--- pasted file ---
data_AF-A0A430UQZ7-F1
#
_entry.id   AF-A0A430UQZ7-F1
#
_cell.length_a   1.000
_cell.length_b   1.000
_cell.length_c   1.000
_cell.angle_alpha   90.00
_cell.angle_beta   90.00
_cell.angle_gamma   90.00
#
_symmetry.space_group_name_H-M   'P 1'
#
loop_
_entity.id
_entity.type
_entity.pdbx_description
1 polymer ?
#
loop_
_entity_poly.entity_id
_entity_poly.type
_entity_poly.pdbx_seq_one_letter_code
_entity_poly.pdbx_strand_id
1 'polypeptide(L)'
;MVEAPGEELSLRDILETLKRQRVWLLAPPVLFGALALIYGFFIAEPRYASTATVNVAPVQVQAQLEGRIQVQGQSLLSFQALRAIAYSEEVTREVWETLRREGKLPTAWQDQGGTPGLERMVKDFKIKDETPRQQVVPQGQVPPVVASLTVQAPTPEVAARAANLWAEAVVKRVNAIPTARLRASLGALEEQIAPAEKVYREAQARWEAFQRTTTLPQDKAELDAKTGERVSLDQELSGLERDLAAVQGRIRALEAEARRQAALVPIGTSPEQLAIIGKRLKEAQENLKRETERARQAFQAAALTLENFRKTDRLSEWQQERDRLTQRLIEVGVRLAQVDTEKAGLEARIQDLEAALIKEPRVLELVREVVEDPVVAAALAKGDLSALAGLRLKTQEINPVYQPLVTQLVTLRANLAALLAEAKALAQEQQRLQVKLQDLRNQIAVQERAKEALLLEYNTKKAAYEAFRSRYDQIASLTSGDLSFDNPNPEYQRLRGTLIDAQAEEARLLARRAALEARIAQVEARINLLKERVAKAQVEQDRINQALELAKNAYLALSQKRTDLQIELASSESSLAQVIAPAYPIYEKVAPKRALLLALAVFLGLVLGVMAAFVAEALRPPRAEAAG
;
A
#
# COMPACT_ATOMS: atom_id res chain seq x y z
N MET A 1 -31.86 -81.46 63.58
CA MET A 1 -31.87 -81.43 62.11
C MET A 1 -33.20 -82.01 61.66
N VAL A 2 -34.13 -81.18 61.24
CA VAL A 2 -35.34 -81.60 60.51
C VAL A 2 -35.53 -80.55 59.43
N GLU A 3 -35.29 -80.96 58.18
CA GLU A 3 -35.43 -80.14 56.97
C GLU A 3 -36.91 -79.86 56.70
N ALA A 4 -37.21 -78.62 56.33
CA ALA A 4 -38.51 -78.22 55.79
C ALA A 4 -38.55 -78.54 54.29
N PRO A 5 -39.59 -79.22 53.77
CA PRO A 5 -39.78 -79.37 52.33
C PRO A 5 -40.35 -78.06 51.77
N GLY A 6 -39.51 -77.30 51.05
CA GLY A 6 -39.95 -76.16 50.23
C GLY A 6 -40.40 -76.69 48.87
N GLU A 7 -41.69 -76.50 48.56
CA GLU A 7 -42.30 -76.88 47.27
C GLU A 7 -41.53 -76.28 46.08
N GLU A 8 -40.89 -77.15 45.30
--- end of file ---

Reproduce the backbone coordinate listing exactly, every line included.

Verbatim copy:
data_AF-A0A430UQZ7-F1
#
_entry.id   AF-A0A430UQZ7-F1
#
_cell.length_a   1.000
_cell.length_b   1.000
_cell.length_c   1.000
_cell.angle_alpha   90.00
_cell.angle_beta   90.00
_cell.angle_gamma   90.00
#
_symmetry.space_group_name_H-M   'P 1'
#
loop_
_entity.id
_entity.type
_entity.pdbx_description
1 polymer ?
#
loop_
_entity_poly.entity_id
_entity_poly.type
_entity_poly.pdbx_seq_one_letter_code
_entity_poly.pdbx_strand_id
1 'polypeptide(L)'
;MVEAPGEELSLRDILETLKRQRVWLLAPPVLFGALALIYGFFIAEPRYASTATVNVAPVQVQAQLEGRIQVQGQSLLSFQALRAIAYSEEVTREVWETLRREGKLPTAWQDQGGTPGLERMVKDFKIKDETPRQQVVPQGQVPPVVASLTVQAPTPEVAARAANLWAEAVVKRVNAIPTARLRASLGALEEQIAPAEKVYREAQARWEAFQRTTTLPQDKAELDAKTGERVSLDQELSGLERDLAAVQGRIRALEAEARRQAALVPIGTSPEQLAIIGKRLKEAQENLKRETERARQAFQAAALTLENFRKTDRLSEWQQERDRLTQRLIEVGVRLAQVDTEKAGLEARIQDLEAALIKEPRVLELVREVVEDPVVAAALAKGDLSALAGLRLKTQEINPVYQPLVTQLVTLRANLAALLAEAKALAQEQQRLQVKLQDLRNQIAVQERAKEALLLEYNTKKAAYEAFRSRYDQIASLTSGDLSFDNPNPEYQRLRGTLIDAQAEEARLLARRAALEARIAQVEARINLLKERVAKAQVEQDRINQALELAKNAYLALSQKRTDLQIELASSESSLAQVIAPAYPIYEKVAPKRALLLALAVFLGLVLGVMAAFVAEALRPPRAEAAG
;
A
#
# COMPACT_ATOMS: atom_id res chain seq x y z
N MET A 1 -31.86 -81.46 63.58
CA MET A 1 -31.87 -81.43 62.11
C MET A 1 -33.20 -82.01 61.66
N VAL A 2 -34.13 -81.18 61.24
CA VAL A 2 -35.34 -81.60 60.51
C VAL A 2 -35.53 -80.55 59.43
N GLU A 3 -35.29 -80.96 58.18
CA GLU A 3 -35.43 -80.14 56.97
C GLU A 3 -36.91 -79.86 56.70
N ALA A 4 -37.21 -78.62 56.33
CA ALA A 4 -38.51 -78.22 55.79
C ALA A 4 -38.55 -78.54 54.29
N PRO A 5 -39.59 -79.22 53.77
CA PRO A 5 -39.78 -79.37 52.33
C PRO A 5 -40.35 -78.06 51.77
N GLY A 6 -39.51 -77.30 51.05
CA GLY A 6 -39.95 -76.16 50.23
C GLY A 6 -40.40 -76.69 48.87
N GLU A 7 -41.69 -76.50 48.56
CA GLU A 7 -42.30 -76.88 47.27
C GLU A 7 -41.53 -76.28 46.08
N GLU A 8 -40.89 -77.15 45.30